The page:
16 Pregnancies in 45 Years: Tragic Death of MP Woman is a Comment on Our Health Awareness


16 Pregnancies in 45 Years: Tragic Death of MP Woman is a Comment on Our Health Awareness

Illustration: Robin Chakraborty

Access to adequate healthcare and knowledge remains an acute problem in many parts of India. With health infrastructure still trying to catch up with demand and conversations around certain health issues remaining muted, it has often led to heartbreaking consequences for families.

That was the case with Sukhrani Ahirwar from Madhya Pradesh, who died during childbirth. She was pregnant for the 16th time. Her newborn child also died.

Ahirwar was in her 32nd week of pregnancy when she went into preterm labor. By the time the ambulance reached her house, the 45-year-old had delivered the baby and was unconscious. The baby was still-born. Ahirwar was rushed to a government hospital five kilometers away, where she was declared dead. The case has drawn attention towards lack of awareness and limited access to health infrastructure in India beyond the cities.

“I tried convincing my mother to get sterilised but she and my father did not agree. I told her about how I myself had registered for sterilisation without informing my in-laws and got operated upon,” her daughter Savitha told The Indian Express, recollecting her last visit to her mother two years back.

Health officials had also confronted the Ahirwars on this issue. According to RR Bagri, Chief Medical Officer of Batiyagarh civic hospital, Sukhrani was advised sterilisation after her 15th pregnancy. “But she was hesitant and thought that she had already crossed 40 and would soon hit menopause. If her daughters had been with her, they could have convinced her,” said Bagri. When asked why he didn’t support her sterilisation, her husband Dullah claims she didn’t have the “courage” to go through with it.

Dr Sangeeta Trivedi, Damoh district’s chief medical and health officer pointed out that, “She has eight living children, the eldest is about 23 years old and the youngest is two. She had seven spontaneous abortions over the years.” Health officials claim that two years ago, they tried to persuade the husband to have a vasectomy, but he refused. “The husband was uncooperative and asked the health officials to not interfere in his personal matter,” Trivedi told Zenger News.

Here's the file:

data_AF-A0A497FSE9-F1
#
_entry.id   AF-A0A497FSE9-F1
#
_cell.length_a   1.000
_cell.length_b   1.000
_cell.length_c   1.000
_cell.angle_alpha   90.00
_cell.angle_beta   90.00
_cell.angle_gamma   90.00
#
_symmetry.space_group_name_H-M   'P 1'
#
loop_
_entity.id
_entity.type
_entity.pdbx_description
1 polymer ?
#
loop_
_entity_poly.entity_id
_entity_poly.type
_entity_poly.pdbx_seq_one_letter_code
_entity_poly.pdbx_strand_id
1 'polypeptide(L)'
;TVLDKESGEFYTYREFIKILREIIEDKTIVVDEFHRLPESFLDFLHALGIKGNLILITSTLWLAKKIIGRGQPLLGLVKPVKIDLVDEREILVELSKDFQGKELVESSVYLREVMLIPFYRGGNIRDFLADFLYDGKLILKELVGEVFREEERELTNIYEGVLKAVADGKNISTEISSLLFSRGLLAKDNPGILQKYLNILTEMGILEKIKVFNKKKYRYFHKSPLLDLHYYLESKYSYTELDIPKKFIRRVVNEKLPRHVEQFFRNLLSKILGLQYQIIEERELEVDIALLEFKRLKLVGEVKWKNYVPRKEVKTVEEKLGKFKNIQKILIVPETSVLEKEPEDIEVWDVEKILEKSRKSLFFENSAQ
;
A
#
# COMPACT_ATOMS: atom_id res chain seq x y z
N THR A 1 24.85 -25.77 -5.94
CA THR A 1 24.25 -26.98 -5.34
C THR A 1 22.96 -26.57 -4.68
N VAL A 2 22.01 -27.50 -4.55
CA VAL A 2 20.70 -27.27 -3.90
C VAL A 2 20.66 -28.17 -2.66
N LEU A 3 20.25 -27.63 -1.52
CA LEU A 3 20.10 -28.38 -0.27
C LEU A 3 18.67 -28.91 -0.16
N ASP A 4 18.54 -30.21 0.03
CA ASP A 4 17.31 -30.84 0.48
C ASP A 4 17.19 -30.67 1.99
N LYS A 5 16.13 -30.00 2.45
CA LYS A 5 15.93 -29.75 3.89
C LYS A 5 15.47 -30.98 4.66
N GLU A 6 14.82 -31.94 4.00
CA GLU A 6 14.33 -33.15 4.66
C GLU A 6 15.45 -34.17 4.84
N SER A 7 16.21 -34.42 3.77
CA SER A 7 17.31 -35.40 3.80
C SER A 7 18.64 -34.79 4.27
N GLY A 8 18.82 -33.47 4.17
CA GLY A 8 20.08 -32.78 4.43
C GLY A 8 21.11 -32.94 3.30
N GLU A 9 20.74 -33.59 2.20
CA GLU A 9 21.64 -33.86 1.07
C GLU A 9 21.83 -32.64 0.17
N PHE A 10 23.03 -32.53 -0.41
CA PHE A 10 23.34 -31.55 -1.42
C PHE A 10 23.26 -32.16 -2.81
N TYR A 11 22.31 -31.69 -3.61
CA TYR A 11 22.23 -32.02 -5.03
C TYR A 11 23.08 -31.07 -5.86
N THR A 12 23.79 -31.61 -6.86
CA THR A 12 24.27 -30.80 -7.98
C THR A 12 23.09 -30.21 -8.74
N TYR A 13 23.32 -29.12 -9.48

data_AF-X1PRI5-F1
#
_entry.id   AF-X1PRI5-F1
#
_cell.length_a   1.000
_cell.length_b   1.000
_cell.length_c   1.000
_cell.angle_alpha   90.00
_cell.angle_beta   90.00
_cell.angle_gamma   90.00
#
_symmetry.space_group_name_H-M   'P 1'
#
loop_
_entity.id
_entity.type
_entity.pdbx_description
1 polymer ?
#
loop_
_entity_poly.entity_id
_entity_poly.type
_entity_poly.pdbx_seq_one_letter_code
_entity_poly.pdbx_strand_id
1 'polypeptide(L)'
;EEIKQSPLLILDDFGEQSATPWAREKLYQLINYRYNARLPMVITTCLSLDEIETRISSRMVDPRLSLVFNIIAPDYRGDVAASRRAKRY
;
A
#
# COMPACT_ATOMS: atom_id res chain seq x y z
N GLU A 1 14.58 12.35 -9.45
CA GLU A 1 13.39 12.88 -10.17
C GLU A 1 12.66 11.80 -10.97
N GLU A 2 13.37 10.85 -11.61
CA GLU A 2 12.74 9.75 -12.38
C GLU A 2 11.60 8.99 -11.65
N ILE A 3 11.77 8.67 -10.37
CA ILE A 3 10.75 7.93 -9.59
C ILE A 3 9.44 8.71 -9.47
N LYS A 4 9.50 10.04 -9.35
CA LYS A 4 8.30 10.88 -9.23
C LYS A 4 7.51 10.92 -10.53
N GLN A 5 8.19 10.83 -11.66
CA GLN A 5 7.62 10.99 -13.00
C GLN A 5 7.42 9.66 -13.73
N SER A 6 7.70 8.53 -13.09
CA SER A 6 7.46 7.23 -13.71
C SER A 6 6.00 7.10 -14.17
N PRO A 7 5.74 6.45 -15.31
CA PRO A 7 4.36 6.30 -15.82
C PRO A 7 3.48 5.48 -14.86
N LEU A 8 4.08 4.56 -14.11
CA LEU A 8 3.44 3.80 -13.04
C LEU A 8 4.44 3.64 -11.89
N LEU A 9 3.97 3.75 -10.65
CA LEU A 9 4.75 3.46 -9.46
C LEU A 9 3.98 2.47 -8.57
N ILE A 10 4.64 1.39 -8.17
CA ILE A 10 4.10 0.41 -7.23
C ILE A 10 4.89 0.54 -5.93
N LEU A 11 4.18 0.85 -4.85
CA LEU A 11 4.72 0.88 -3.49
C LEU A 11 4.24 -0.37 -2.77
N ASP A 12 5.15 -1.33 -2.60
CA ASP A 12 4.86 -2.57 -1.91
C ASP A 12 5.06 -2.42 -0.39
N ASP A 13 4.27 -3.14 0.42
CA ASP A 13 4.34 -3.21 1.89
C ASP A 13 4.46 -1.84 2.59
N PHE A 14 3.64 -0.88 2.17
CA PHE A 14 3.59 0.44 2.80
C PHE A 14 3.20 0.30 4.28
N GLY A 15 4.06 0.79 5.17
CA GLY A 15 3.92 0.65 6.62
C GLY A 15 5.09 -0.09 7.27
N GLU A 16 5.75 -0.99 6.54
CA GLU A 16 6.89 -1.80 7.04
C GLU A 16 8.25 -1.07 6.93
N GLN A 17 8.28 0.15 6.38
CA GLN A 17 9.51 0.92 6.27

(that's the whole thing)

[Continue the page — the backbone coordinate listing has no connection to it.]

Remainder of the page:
According to a UNICEF report, “Coverage of life-saving health interventions and practices remains low due to gaps in knowledge, policies, and availability of resources. In a few areas, there is a gap between the rich and the poor and an urban and rural divide. Access to health services is often dependent on a family’s or mother’s economic status and where they reside.” In India, the burden of family planning has traditionally been borne by women, even though vasectomy or male sterilisation is much simpler than female sterilisation.

Mumbai based gynaecologist Dr. Duru Shah pointed out that “awareness of contraception is there, but the access may be a problem. What we have observed is that there is plenty of awareness among women, even in rural areas, but there is little awareness seen among men.” When he was president of the Federation of Obstetric and Gynaecological Societies of India, members had visited over 100 towns in five states to spread awareness about safe motherhood and to conduct health camps. “We interviewed nearly 100,000 women and found that they wanted sterilisation. Women are aware, but there are other problems [such as] they may not have the right to refuse, or their husband may get abusive if they demand sterilisation,” Shah said.

While we may have pipe dreams about a $5 trillion economy and Digital India, there are basic problems that we still need to fix, like access to good health infrastructure and increased health awareness for all citizens. The fact that conversations around planned pregnancy, sterilisation and vasectomy aren’t mainstream yet, and there is still ignorance or taboo associated with it, indicates that we have a long way to go.